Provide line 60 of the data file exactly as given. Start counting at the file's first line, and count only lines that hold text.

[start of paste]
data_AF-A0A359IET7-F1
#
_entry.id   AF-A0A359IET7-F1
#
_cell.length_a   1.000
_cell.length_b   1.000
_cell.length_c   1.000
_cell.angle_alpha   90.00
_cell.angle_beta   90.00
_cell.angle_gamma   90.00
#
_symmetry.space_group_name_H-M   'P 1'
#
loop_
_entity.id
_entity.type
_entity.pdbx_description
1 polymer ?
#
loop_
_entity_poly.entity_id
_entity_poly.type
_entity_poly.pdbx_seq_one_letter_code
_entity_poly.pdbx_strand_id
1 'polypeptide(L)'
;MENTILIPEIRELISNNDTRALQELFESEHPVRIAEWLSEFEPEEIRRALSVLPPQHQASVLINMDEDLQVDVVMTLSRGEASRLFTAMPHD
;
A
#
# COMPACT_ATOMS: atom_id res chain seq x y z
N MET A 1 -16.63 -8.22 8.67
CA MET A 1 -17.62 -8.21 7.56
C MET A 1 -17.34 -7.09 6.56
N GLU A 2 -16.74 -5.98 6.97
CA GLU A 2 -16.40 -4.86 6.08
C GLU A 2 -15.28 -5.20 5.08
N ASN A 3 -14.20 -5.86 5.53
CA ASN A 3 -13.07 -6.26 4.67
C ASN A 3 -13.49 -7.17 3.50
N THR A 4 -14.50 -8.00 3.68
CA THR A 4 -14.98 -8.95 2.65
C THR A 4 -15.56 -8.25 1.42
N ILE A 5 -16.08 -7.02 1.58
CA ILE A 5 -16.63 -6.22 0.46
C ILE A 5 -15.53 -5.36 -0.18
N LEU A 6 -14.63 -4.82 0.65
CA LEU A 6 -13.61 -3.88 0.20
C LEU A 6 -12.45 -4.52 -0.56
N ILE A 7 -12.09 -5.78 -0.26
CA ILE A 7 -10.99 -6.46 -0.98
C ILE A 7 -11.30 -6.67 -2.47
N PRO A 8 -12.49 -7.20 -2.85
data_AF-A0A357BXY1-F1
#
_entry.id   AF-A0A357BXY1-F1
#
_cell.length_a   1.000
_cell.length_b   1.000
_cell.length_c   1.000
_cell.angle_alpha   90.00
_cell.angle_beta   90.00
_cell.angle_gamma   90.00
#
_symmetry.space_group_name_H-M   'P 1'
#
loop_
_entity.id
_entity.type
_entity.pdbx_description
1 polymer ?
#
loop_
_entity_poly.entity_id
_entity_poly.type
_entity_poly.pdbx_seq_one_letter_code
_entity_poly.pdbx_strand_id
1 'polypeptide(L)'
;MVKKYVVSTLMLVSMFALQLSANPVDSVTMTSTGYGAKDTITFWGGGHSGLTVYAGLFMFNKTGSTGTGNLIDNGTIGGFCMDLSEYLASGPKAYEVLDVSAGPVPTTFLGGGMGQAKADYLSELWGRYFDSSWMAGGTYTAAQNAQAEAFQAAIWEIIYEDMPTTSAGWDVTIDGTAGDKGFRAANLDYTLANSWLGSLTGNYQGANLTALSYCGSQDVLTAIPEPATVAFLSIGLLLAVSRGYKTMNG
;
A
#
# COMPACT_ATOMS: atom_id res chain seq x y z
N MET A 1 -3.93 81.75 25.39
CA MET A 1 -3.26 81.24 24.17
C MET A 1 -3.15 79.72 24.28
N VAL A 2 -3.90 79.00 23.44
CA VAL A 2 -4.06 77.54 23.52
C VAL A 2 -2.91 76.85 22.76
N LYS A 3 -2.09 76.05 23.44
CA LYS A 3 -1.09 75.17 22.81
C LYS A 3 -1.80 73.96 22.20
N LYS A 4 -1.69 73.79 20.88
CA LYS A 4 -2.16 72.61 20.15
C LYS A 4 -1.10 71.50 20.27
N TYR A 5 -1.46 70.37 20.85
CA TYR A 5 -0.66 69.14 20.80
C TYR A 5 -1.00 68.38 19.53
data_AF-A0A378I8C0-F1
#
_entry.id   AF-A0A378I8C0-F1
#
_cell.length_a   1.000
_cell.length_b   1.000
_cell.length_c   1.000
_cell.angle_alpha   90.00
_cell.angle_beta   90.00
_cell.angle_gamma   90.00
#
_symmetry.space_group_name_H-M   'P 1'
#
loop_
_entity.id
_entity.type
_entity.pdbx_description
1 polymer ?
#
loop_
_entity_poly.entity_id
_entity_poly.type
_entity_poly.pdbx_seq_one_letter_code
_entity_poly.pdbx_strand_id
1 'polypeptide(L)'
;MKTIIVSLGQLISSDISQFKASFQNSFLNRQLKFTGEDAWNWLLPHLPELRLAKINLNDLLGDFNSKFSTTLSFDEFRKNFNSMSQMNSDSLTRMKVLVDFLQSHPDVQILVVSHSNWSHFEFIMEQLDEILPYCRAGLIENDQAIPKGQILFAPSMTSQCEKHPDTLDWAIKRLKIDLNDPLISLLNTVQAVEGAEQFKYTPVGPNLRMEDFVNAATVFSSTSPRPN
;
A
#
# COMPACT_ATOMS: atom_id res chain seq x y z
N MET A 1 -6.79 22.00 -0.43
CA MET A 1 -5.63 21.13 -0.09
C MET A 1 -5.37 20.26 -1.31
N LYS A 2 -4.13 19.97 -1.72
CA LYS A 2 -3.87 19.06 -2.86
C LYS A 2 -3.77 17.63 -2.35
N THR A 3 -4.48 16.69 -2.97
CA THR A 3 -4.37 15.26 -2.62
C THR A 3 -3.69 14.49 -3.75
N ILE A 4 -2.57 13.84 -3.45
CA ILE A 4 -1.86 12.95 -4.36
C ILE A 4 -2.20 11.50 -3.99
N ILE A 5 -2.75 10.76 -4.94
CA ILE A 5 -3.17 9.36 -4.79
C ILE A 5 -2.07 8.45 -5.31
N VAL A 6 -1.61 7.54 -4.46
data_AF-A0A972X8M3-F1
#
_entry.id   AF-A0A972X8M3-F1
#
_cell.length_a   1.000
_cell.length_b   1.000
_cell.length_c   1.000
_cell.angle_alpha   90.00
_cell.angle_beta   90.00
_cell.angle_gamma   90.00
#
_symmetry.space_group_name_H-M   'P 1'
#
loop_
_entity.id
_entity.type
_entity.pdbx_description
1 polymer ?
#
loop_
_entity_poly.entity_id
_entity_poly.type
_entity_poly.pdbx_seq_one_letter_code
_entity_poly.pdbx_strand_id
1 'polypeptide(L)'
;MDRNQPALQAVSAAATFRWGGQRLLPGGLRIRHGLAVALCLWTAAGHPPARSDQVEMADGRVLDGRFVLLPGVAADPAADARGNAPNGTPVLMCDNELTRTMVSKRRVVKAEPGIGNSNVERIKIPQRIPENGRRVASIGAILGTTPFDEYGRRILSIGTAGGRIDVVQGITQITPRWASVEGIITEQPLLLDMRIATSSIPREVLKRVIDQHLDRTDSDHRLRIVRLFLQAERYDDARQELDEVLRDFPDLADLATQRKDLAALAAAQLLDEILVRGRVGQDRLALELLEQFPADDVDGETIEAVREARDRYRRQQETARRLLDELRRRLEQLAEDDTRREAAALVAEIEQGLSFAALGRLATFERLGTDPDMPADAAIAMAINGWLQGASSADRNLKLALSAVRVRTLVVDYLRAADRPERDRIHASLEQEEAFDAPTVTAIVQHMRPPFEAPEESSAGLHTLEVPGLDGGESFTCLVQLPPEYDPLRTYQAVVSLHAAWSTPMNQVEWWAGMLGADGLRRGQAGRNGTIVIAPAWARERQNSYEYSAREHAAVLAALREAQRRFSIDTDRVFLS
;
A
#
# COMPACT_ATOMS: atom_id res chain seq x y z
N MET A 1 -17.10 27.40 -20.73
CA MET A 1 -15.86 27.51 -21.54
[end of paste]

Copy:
_cell.angle_alpha   90.00